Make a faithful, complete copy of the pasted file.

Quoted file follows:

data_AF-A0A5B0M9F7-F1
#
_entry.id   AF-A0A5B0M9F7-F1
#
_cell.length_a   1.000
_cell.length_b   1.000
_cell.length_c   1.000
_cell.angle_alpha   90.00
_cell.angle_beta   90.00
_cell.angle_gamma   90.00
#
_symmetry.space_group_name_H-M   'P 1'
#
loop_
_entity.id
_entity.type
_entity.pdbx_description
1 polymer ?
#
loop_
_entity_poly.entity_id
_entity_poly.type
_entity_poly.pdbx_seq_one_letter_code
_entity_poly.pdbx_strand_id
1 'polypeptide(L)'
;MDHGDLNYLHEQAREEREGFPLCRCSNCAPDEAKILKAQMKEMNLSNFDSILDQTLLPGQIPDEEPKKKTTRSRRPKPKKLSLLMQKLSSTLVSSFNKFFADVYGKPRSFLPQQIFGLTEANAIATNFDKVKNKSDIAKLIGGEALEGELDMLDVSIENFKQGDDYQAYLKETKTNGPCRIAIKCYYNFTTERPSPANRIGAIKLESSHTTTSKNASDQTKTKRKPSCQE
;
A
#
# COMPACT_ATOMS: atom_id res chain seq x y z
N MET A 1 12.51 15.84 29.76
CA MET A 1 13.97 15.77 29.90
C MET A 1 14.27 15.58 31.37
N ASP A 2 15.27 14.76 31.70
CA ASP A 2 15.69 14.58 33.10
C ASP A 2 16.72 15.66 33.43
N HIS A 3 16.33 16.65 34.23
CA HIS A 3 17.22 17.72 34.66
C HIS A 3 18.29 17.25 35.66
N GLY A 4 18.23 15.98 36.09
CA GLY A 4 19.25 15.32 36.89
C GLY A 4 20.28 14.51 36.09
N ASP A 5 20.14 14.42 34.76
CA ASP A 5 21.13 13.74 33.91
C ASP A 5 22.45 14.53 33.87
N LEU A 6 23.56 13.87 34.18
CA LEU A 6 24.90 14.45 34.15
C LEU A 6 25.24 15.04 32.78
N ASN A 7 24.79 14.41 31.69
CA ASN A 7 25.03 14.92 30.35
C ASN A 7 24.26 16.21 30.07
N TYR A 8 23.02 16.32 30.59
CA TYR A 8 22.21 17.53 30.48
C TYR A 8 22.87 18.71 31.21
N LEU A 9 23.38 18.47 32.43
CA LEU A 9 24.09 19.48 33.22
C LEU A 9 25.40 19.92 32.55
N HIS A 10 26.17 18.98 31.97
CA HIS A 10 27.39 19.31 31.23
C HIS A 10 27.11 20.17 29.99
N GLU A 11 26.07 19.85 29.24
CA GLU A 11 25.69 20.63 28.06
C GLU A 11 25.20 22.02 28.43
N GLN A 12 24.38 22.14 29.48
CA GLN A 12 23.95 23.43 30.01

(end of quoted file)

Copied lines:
data_AF-A0A5B0M9F7-F1
#
_entry.id   AF-A0A5B0M9F7-F1
#
_cell.length_a   1.000
_cell.length_b   1.000
_cell.length_c   1.000
_cell.angle_alpha   90.00
_cell.angle_beta   90.00
_cell.angle_gamma   90.00
#
_symmetry.space_group_name_H-M   'P 1'
#
loop_
_entity.id
_entity.type
_entity.pdbx_description
1 polymer ?
#
loop_
_entity_poly.entity_id
_entity_poly.type
_entity_poly.pdbx_seq_one_letter_code
_entity_poly.pdbx_strand_id
1 'polypeptide(L)'
;MDHGDLNYLHEQAREEREGFPLCRCSNCAPDEAKILKAQMKEMNLSNFDSILDQTLLPGQIPDEEPKKKTTRSRRPKPKKLSLLMQKLSSTLVSSFNKFFADVYGKPRSFLPQQIFGLTEANAIATNFDKVKNKSDIAKLIGGEALEGELDMLDVSIENFKQGDDYQAYLKETKTNGPCRIAIKCYYNFTTERPSPANRIGAIKLESSHTTTSKNASDQTKTKRKPSCQE
;
A
#
# COMPACT_ATOMS: atom_id res chain seq x y z
N MET A 1 12.51 15.84 29.76
CA MET A 1 13.97 15.77 29.90
C MET A 1 14.27 15.58 31.37
N ASP A 2 15.27 14.76 31.70
CA ASP A 2 15.69 14.58 33.10
C ASP A 2 16.72 15.66 33.43
N HIS A 3 16.33 16.65 34.23
CA HIS A 3 17.22 17.72 34.66
C HIS A 3 18.29 17.25 35.66
N GLY A 4 18.23 15.98 36.09
CA GLY A 4 19.25 15.32 36.89
C GLY A 4 20.28 14.51 36.09
N ASP A 5 20.14 14.42 34.76
CA ASP A 5 21.13 13.74 33.91
C ASP A 5 22.45 14.53 33.87
N LEU A 6 23.56 13.87 34.18
CA LEU A 6 24.90 14.45 34.15
C LEU A 6 25.24 15.04 32.78
N ASN A 7 24.79 14.41 31.69
CA ASN A 7 25.03 14.92 30.35
C ASN A 7 24.26 16.21 30.07
N TYR A 8 23.02 16.32 30.59
CA TYR A 8 22.21 17.53 30.48
C TYR A 8 22.87 18.71 31.21
N LEU A 9 23.38 18.47 32.43
CA LEU A 9 24.09 19.48 33.22
C LEU A 9 25.40 19.92 32.55
N HIS A 10 26.17 18.98 31.97
CA HIS A 10 27.39 19.31 31.23
C HIS A 10 27.11 20.17 29.99
N GLU A 11 26.07 19.85 29.24
CA GLU A 11 25.69 20.63 28.06
C GLU A 11 25.20 22.02 28.43
N GLN A 12 24.38 22.14 29.48
CA GLN A 12 23.95 23.43 30.01